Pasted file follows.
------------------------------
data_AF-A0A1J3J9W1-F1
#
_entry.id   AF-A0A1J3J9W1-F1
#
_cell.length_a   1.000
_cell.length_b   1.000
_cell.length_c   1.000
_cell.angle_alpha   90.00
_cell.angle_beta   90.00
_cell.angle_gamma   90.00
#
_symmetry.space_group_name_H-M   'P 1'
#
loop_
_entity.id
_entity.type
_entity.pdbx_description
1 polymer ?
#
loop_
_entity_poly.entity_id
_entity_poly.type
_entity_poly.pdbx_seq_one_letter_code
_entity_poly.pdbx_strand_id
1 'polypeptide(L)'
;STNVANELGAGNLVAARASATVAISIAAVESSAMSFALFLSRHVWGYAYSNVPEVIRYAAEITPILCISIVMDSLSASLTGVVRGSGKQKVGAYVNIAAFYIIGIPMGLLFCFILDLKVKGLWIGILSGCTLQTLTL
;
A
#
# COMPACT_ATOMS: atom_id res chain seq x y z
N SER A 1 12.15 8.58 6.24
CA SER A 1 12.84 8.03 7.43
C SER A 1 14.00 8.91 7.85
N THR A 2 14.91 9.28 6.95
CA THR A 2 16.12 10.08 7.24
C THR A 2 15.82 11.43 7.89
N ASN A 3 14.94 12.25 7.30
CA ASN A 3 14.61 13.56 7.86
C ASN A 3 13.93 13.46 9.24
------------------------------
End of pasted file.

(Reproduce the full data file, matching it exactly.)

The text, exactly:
data_AF-A0A1J3J9W1-F1
#
_entry.id   AF-A0A1J3J9W1-F1
#
_cell.length_a   1.000
_cell.length_b   1.000
_cell.length_c   1.000
_cell.angle_alpha   90.00
_cell.angle_beta   90.00
_cell.angle_gamma   90.00
#
_symmetry.space_group_name_H-M   'P 1'
#
loop_
_entity.id
_entity.type
_entity.pdbx_description
1 polymer ?
#
loop_
_entity_poly.entity_id
_entity_poly.type
_entity_poly.pdbx_seq_one_letter_code
_entity_poly.pdbx_strand_id
1 'polypeptide(L)'
;STNVANELGAGNLVAARASATVAISIAAVESSAMSFALFLSRHVWGYAYSNVPEVIRYAAEITPILCISIVMDSLSASLTGVVRGSGKQKVGAYVNIAAFYIIGIPMGLLFCFILDLKVKGLWIGILSGCTLQTLTL
;
A
#
# COMPACT_ATOMS: atom_id res chain seq x y z
N SER A 1 12.15 8.58 6.24
CA SER A 1 12.84 8.03 7.43
C SER A 1 14.00 8.91 7.85
N THR A 2 14.91 9.28 6.95
CA THR A 2 16.12 10.08 7.24
C THR A 2 15.82 11.43 7.89
N ASN A 3 14.94 12.25 7.30
CA ASN A 3 14.61 13.56 7.86
C ASN A 3 13.93 13.46 9.24